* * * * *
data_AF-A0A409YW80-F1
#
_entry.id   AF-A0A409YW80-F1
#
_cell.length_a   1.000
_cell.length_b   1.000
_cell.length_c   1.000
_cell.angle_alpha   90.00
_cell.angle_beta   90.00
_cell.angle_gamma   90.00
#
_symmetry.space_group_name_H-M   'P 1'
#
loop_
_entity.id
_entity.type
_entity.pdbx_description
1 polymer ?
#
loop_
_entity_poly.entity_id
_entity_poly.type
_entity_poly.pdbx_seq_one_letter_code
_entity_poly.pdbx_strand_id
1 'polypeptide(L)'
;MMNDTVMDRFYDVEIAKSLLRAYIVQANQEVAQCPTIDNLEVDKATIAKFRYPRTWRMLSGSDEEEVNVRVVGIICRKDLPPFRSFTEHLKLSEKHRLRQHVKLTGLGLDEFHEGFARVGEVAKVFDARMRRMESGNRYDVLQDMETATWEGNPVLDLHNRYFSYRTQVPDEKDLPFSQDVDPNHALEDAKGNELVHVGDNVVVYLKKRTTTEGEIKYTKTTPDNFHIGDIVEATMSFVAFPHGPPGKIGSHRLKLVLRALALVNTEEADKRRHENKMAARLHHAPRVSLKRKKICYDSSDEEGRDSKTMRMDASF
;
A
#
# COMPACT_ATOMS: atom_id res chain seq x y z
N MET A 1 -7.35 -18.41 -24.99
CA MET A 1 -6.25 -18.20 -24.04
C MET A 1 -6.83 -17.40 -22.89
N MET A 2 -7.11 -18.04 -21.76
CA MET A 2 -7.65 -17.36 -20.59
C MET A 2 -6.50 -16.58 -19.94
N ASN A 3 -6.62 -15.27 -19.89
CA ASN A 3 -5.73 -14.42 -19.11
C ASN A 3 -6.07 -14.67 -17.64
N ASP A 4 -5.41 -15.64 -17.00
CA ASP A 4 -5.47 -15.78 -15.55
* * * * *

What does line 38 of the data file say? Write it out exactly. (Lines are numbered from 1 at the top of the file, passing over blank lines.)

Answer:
CA ASN A 3 -5.73 -14.42 -19.11